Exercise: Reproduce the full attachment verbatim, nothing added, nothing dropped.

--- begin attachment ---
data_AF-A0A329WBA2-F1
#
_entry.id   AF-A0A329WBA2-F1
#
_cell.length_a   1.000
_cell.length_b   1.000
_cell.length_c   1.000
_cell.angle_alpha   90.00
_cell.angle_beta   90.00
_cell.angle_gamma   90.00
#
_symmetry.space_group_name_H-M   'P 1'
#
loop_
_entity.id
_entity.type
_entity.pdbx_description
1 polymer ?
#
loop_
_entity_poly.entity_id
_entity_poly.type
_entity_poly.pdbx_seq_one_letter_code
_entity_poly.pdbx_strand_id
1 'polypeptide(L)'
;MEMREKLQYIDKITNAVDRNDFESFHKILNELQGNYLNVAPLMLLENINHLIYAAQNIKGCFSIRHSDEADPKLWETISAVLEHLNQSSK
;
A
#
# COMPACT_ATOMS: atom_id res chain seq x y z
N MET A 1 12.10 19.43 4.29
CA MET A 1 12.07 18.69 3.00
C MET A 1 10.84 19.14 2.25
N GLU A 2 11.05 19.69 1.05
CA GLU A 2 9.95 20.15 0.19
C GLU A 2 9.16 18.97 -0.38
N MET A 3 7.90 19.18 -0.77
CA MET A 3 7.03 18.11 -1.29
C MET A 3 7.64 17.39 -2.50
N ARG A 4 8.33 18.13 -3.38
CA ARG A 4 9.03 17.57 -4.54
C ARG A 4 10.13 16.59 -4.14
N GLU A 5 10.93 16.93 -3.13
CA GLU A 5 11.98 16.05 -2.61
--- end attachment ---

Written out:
data_AF-A0A329WBA2-F1
#
_entry.id   AF-A0A329WBA2-F1
#
_cell.length_a   1.000
_cell.length_b   1.000
_cell.length_c   1.000
_cell.angle_alpha   90.00
_cell.angle_beta   90.00
_cell.angle_gamma   90.00
#
_symmetry.space_group_name_H-M   'P 1'
#
loop_
_entity.id
_entity.type
_entity.pdbx_description
1 polymer ?
#
loop_
_entity_poly.entity_id
_entity_poly.type
_entity_poly.pdbx_seq_one_letter_code
_entity_poly.pdbx_strand_id
1 'polypeptide(L)'
;MEMREKLQYIDKITNAVDRNDFESFHKILNELQGNYLNVAPLMLLENINHLIYAAQNIKGCFSIRHSDEADPKLWETISAVLEHLNQSSK
;
A
#
# COMPACT_ATOMS: atom_id res chain seq x y z
N MET A 1 12.10 19.43 4.29
CA MET A 1 12.07 18.69 3.00
C MET A 1 10.84 19.14 2.25
N GLU A 2 11.05 19.69 1.05
CA GLU A 2 9.95 20.15 0.19
C GLU A 2 9.16 18.97 -0.38
N MET A 3 7.90 19.18 -0.77
CA MET A 3 7.03 18.11 -1.29
C MET A 3 7.64 17.39 -2.50
N ARG A 4 8.33 18.13 -3.38
CA ARG A 4 9.03 17.57 -4.54
C ARG A 4 10.13 16.59 -4.14
N GLU A 5 10.93 16.93 -3.13
CA GLU A 5 11.98 16.05 -2.61